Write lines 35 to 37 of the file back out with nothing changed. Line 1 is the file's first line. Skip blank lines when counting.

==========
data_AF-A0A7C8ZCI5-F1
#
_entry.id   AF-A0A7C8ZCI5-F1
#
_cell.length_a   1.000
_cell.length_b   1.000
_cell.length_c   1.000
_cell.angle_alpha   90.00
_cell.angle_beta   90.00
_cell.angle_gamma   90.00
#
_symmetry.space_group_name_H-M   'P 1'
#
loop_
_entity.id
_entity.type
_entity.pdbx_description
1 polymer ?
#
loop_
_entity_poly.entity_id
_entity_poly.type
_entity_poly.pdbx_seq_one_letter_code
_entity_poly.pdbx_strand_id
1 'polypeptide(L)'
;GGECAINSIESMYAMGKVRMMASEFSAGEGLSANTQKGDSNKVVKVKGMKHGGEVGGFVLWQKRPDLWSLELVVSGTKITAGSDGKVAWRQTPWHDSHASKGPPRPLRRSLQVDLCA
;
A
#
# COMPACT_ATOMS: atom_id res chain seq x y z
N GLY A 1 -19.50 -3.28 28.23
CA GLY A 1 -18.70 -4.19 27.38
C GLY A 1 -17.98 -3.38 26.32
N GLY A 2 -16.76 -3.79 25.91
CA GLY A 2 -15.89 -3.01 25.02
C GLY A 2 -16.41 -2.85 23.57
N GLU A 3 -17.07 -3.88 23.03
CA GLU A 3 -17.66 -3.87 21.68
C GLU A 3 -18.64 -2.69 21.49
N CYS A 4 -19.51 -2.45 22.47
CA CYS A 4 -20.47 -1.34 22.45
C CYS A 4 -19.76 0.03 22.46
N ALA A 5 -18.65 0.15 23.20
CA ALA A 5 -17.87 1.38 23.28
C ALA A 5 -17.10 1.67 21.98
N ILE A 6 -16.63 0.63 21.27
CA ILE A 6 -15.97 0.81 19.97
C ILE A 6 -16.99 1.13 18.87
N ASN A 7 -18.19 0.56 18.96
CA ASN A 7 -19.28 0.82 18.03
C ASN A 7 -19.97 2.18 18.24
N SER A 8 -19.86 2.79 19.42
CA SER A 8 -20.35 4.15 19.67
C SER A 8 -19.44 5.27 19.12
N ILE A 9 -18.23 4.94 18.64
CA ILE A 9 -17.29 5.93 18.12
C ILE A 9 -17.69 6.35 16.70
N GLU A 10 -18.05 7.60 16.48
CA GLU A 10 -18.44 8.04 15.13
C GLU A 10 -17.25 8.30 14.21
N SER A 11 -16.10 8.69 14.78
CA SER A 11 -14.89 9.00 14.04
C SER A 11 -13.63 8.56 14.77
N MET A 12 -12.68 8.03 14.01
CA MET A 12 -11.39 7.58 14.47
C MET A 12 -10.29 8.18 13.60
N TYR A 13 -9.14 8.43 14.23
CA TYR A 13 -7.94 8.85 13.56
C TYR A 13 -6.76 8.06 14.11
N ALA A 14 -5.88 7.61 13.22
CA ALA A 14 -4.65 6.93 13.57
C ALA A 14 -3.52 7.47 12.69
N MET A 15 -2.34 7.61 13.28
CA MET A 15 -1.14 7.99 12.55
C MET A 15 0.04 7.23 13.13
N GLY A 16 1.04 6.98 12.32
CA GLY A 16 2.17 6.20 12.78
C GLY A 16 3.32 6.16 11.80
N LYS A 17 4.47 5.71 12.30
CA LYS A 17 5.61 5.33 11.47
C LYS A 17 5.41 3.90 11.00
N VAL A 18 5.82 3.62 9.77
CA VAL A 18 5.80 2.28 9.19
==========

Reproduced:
CA GLY A 2 -15.89 -3.01 25.02
C GLY A 2 -16.41 -2.85 23.57
N GLU A 3 -17.07 -3.88 23.03